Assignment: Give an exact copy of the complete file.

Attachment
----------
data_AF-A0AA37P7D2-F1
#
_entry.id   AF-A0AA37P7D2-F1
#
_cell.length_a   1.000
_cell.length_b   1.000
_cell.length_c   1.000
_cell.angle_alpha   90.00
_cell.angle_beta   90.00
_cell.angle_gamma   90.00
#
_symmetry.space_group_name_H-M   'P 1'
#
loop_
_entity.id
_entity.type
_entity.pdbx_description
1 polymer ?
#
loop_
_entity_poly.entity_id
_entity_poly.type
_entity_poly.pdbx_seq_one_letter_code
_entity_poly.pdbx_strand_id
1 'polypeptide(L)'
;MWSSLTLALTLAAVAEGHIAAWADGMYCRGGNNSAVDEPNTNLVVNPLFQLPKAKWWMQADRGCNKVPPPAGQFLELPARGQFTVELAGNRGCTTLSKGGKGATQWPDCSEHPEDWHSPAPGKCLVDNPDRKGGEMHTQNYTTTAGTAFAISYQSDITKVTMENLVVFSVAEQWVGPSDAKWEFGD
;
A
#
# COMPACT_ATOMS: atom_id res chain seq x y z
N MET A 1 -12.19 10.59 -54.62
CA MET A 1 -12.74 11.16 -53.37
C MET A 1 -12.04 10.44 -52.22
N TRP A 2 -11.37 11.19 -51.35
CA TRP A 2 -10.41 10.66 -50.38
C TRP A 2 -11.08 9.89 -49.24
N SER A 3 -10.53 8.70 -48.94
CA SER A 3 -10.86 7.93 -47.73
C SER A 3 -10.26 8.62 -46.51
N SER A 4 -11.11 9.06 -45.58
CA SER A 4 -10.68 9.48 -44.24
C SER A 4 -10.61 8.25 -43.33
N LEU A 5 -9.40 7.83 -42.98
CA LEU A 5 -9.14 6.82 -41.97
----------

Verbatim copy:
data_AF-A0AA37P7D2-F1
#
_entry.id   AF-A0AA37P7D2-F1
#
_cell.length_a   1.000
_cell.length_b   1.000
_cell.length_c   1.000
_cell.angle_alpha   90.00
_cell.angle_beta   90.00
_cell.angle_gamma   90.00
#
_symmetry.space_group_name_H-M   'P 1'
#
loop_
_entity.id
_entity.type
_entity.pdbx_description
1 polymer ?
#
loop_
_entity_poly.entity_id
_entity_poly.type
_entity_poly.pdbx_seq_one_letter_code
_entity_poly.pdbx_strand_id
1 'polypeptide(L)'
;MWSSLTLALTLAAVAEGHIAAWADGMYCRGGNNSAVDEPNTNLVVNPLFQLPKAKWWMQADRGCNKVPPPAGQFLELPARGQFTVELAGNRGCTTLSKGGKGATQWPDCSEHPEDWHSPAPGKCLVDNPDRKGGEMHTQNYTTTAGTAFAISYQSDITKVTMENLVVFSVAEQWVGPSDAKWEFGD
;
A
#
# COMPACT_ATOMS: atom_id res chain seq x y z
N MET A 1 -12.19 10.59 -54.62
CA MET A 1 -12.74 11.16 -53.37
C MET A 1 -12.04 10.44 -52.22
N TRP A 2 -11.37 11.19 -51.35
CA TRP A 2 -10.41 10.66 -50.38
C TRP A 2 -11.08 9.89 -49.24
N SER A 3 -10.53 8.70 -48.94
CA SER A 3 -10.86 7.93 -47.73
C SER A 3 -10.26 8.62 -46.51
N SER A 4 -11.11 9.06 -45.58
CA SER A 4 -10.68 9.48 -44.24
C SER A 4 -10.61 8.25 -43.33
N LEU A 5 -9.40 7.83 -42.98
CA LEU A 5 -9.14 6.82 -41.97